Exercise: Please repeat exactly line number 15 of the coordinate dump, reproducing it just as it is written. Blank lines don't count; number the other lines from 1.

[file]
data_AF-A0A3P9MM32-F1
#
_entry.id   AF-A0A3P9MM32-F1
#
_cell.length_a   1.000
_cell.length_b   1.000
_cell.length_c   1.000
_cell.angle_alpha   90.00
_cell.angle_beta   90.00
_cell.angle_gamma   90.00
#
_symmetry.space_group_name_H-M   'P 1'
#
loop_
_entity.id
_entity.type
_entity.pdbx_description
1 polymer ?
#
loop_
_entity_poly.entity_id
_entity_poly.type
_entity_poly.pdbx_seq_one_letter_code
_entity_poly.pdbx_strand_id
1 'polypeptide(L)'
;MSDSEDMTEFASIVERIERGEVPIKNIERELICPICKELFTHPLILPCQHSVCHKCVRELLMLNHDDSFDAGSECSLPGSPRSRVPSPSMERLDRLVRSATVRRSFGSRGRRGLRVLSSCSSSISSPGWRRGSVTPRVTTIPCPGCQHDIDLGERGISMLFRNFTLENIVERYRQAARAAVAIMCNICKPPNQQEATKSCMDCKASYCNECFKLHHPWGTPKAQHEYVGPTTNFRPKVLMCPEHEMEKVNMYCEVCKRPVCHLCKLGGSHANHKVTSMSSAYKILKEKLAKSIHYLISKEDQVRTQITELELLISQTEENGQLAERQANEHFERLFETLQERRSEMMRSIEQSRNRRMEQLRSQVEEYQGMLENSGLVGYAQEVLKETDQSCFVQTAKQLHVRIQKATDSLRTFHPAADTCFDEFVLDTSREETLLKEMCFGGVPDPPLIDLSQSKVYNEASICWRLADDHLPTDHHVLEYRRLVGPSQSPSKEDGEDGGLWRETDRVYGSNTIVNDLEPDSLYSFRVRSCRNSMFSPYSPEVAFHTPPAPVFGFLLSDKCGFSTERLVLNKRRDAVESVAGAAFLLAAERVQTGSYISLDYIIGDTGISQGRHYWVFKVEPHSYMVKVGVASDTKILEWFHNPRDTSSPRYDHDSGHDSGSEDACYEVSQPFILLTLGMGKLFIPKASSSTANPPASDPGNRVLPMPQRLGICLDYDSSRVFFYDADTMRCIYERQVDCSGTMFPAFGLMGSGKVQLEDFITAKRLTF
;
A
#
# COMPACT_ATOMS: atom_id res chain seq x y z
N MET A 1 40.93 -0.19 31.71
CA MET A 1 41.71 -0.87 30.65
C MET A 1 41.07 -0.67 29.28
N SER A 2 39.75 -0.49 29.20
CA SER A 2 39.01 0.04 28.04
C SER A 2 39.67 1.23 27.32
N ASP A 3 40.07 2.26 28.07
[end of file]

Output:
_entity.id